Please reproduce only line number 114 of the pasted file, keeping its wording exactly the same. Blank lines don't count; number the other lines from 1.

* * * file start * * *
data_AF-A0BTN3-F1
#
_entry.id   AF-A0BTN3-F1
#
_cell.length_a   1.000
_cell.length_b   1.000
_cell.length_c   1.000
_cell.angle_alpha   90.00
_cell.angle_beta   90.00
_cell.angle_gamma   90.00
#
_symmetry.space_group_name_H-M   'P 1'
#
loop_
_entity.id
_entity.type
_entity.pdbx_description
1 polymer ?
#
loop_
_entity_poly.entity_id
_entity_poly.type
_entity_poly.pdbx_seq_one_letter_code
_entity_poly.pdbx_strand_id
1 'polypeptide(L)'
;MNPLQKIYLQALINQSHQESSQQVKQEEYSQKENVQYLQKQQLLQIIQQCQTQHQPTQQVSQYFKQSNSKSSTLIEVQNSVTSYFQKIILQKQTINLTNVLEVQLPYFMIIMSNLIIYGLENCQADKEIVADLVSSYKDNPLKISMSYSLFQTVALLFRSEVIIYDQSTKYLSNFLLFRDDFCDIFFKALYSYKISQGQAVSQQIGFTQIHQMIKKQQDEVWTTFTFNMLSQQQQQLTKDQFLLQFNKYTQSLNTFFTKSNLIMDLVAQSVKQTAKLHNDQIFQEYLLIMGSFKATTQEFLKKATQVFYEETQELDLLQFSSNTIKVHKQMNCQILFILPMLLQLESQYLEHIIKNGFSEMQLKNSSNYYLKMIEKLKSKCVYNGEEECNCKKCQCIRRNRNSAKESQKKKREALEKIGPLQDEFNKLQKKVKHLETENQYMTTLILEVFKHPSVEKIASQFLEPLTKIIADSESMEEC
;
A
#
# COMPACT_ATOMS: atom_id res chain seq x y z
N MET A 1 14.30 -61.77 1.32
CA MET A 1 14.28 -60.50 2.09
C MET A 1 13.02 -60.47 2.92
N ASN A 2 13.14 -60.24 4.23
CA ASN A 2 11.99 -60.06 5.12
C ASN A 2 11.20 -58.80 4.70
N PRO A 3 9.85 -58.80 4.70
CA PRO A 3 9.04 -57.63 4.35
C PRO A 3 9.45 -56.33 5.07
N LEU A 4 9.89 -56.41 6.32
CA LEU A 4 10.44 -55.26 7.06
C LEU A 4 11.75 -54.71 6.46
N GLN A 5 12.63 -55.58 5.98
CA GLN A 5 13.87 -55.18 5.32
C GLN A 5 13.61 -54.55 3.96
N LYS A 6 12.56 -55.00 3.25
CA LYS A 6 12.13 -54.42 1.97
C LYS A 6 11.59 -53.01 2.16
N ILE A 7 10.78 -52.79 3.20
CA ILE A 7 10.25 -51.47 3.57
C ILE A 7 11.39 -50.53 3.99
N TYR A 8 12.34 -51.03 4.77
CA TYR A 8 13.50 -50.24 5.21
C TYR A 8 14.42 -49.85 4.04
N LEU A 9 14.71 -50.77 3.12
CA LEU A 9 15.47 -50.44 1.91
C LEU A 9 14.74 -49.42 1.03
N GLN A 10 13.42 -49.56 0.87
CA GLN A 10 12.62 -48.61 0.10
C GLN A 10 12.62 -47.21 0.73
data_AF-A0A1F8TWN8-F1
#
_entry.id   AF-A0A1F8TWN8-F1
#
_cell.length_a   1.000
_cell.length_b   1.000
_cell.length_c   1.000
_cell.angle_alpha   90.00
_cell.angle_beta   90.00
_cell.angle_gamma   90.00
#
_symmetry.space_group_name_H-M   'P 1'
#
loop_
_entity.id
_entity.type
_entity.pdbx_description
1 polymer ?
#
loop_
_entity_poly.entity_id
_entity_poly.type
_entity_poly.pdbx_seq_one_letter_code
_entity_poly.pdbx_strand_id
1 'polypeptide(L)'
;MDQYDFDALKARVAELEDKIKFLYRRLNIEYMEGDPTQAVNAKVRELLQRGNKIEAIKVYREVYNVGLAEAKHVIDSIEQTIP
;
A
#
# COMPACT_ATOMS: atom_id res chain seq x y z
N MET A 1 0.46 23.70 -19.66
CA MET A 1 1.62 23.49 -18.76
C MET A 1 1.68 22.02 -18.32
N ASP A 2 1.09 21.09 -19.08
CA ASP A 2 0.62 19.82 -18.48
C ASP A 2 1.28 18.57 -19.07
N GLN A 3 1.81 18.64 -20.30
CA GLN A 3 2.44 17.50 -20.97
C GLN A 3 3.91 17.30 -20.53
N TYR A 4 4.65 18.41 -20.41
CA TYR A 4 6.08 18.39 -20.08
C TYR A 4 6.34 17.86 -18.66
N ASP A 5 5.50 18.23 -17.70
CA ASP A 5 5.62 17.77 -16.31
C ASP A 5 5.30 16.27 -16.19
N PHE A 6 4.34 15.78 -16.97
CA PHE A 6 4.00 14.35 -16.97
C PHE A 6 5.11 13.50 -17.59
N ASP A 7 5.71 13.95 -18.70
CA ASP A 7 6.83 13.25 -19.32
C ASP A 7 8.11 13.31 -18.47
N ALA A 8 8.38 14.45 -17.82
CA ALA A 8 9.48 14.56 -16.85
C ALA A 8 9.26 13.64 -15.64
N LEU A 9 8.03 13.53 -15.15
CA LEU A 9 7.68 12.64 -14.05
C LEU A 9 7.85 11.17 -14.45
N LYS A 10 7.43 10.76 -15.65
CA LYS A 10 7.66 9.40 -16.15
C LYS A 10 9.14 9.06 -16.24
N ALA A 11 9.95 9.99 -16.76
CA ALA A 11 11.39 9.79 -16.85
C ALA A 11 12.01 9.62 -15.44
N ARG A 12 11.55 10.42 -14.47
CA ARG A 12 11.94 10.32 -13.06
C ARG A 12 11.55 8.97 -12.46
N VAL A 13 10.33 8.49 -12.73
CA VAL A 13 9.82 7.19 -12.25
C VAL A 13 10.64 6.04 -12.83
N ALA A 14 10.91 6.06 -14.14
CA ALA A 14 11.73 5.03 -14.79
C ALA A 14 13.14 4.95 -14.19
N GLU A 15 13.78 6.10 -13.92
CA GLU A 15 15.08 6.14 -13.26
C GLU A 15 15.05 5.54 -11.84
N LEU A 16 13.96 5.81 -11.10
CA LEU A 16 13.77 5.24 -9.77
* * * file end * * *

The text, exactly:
C ALA A 8 9.26 13.64 -15.64